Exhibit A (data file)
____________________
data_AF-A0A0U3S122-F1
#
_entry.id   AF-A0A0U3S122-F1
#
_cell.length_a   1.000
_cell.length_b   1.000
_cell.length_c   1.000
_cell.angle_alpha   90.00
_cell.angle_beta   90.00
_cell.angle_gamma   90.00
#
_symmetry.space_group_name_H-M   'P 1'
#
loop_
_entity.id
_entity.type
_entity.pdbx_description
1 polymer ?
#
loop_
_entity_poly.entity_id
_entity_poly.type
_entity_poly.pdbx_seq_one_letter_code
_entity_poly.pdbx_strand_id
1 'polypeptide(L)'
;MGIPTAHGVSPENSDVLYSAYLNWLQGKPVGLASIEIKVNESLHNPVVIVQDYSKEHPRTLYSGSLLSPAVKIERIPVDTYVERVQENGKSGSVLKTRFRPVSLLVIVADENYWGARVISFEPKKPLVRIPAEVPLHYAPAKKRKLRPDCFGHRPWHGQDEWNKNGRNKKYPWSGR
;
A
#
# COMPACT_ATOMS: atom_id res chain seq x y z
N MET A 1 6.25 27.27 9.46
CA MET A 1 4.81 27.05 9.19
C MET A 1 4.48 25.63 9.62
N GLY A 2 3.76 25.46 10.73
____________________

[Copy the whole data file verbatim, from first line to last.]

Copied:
data_AF-A0A0U3S122-F1
#
_entry.id   AF-A0A0U3S122-F1
#
_cell.length_a   1.000
_cell.length_b   1.000
_cell.length_c   1.000
_cell.angle_alpha   90.00
_cell.angle_beta   90.00
_cell.angle_gamma   90.00
#
_symmetry.space_group_name_H-M   'P 1'
#
loop_
_entity.id
_entity.type
_entity.pdbx_description
1 polymer ?
#
loop_
_entity_poly.entity_id
_entity_poly.type
_entity_poly.pdbx_seq_one_letter_code
_entity_poly.pdbx_strand_id
1 'polypeptide(L)'
;MGIPTAHGVSPENSDVLYSAYLNWLQGKPVGLASIEIKVNESLHNPVVIVQDYSKEHPRTLYSGSLLSPAVKIERIPVDTYVERVQENGKSGSVLKTRFRPVSLLVIVADENYWGARVISFEPKKPLVRIPAEVPLHYAPAKKRKLRPDCFGHRPWHGQDEWNKNGRNKKYPWSGR
;
A
#
# COMPACT_ATOMS: atom_id res chain seq x y z
N MET A 1 6.25 27.27 9.46
CA MET A 1 4.81 27.05 9.19
C MET A 1 4.48 25.63 9.62
N GLY A 2 3.76 25.46 10.73